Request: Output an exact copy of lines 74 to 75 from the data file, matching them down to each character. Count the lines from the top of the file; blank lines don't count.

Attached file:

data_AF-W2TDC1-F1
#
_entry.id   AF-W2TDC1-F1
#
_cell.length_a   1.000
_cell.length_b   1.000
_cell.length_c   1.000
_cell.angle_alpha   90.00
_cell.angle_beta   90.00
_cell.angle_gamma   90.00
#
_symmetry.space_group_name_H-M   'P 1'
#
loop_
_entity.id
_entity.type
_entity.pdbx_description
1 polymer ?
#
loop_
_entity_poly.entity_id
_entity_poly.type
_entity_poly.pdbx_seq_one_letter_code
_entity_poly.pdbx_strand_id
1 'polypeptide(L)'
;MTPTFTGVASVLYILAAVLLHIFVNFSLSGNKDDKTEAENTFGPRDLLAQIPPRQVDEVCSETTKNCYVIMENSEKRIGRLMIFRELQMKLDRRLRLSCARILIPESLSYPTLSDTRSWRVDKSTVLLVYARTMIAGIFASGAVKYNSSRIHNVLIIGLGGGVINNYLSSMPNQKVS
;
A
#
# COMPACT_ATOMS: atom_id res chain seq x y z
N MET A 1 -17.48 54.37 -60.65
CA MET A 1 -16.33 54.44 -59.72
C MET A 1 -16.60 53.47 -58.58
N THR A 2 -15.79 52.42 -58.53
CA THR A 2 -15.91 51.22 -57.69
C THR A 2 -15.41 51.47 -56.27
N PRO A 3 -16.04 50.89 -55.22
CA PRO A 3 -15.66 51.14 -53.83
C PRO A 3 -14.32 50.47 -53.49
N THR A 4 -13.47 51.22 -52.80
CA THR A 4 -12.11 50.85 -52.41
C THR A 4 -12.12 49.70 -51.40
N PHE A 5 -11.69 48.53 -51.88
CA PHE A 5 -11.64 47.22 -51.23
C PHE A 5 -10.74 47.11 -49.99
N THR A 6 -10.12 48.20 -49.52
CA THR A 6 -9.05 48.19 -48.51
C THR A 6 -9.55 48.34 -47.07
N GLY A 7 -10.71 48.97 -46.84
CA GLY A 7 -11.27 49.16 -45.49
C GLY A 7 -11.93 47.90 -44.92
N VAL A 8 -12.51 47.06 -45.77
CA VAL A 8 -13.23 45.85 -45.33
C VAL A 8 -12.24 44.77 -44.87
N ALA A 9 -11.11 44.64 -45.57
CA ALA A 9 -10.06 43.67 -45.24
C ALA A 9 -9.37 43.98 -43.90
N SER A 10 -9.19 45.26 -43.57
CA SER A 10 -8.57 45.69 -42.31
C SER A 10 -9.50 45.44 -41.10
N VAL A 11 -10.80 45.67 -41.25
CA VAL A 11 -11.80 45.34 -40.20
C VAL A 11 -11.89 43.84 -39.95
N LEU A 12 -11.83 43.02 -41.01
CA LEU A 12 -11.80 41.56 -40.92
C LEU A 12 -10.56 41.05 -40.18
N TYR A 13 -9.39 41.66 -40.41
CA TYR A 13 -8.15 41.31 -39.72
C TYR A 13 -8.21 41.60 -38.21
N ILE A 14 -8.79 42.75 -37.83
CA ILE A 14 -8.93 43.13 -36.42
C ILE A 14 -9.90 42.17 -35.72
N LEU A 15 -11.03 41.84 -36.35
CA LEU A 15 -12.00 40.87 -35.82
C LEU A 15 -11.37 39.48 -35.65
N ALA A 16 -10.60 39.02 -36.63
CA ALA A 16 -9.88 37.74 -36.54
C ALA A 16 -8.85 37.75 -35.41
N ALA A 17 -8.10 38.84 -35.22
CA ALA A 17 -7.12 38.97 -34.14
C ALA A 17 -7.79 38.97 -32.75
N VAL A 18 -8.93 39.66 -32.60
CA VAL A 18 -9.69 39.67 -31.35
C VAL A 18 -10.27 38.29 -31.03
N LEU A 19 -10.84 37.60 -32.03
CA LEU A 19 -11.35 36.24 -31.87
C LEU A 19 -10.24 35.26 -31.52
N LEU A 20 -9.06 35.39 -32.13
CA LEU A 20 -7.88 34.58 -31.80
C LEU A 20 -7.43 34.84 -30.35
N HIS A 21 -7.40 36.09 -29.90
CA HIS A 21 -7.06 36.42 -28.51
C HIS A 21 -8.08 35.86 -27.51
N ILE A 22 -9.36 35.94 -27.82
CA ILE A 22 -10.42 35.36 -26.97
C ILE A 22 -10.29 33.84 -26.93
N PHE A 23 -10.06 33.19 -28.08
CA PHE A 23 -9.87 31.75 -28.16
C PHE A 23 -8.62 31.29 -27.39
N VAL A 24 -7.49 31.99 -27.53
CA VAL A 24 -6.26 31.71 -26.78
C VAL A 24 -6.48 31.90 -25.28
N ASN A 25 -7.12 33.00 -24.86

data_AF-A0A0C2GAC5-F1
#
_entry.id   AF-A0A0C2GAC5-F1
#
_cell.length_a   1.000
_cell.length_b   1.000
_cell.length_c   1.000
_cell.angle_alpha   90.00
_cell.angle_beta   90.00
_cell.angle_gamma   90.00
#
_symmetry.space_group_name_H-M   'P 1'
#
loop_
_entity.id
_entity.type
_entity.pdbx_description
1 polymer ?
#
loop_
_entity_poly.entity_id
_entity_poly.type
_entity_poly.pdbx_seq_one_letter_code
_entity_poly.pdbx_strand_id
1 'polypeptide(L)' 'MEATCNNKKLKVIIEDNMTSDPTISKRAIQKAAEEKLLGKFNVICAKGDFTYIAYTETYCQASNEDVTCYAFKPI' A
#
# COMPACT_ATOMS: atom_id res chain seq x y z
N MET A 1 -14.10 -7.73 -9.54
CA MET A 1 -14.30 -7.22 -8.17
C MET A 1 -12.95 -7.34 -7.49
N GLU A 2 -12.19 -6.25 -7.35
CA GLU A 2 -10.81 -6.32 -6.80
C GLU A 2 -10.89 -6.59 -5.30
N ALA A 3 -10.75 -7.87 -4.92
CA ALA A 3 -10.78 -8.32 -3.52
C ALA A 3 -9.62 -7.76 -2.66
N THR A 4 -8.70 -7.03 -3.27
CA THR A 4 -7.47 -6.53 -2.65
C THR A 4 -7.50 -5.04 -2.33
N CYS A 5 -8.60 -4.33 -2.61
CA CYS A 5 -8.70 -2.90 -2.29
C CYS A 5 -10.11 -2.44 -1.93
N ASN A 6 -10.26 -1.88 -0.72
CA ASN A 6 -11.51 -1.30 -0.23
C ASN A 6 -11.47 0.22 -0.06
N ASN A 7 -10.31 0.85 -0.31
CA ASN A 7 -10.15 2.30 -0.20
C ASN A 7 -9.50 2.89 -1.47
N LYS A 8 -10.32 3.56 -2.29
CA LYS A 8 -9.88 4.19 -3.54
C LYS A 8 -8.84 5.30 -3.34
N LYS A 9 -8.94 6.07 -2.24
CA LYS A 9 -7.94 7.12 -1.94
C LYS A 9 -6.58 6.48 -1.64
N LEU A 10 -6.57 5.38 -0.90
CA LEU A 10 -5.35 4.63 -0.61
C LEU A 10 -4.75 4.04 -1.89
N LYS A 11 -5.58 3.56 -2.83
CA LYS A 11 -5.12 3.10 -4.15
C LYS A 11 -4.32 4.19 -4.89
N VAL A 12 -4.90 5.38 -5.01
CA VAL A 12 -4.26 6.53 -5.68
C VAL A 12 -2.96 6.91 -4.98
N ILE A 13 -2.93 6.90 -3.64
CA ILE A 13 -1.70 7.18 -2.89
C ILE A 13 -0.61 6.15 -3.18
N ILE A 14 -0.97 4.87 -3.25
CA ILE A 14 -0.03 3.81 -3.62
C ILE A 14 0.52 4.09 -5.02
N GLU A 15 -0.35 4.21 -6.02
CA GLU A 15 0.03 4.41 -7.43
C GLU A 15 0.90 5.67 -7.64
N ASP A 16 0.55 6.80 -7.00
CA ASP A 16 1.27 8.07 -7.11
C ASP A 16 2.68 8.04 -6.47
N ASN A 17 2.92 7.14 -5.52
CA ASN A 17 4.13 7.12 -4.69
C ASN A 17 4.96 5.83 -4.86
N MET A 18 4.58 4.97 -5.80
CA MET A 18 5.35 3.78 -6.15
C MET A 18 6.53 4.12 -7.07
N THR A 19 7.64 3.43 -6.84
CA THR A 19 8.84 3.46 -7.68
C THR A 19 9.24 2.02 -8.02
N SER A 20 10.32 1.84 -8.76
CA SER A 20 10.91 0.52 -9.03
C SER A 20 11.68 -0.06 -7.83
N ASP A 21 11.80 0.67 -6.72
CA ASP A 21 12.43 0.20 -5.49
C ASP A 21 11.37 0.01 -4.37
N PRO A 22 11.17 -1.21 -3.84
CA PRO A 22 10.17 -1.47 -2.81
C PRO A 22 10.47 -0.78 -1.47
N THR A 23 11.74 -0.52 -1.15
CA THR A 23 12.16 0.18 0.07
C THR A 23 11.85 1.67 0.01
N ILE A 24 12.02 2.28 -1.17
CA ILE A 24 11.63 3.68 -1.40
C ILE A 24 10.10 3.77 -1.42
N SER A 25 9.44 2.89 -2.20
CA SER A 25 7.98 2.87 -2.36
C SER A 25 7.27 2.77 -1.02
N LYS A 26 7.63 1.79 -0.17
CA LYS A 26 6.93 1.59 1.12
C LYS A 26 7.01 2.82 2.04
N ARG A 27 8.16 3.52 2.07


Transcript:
CA LEU A 15 -12.00 40.87 -35.82
C LEU A 15 -11.37 39.48 -35.65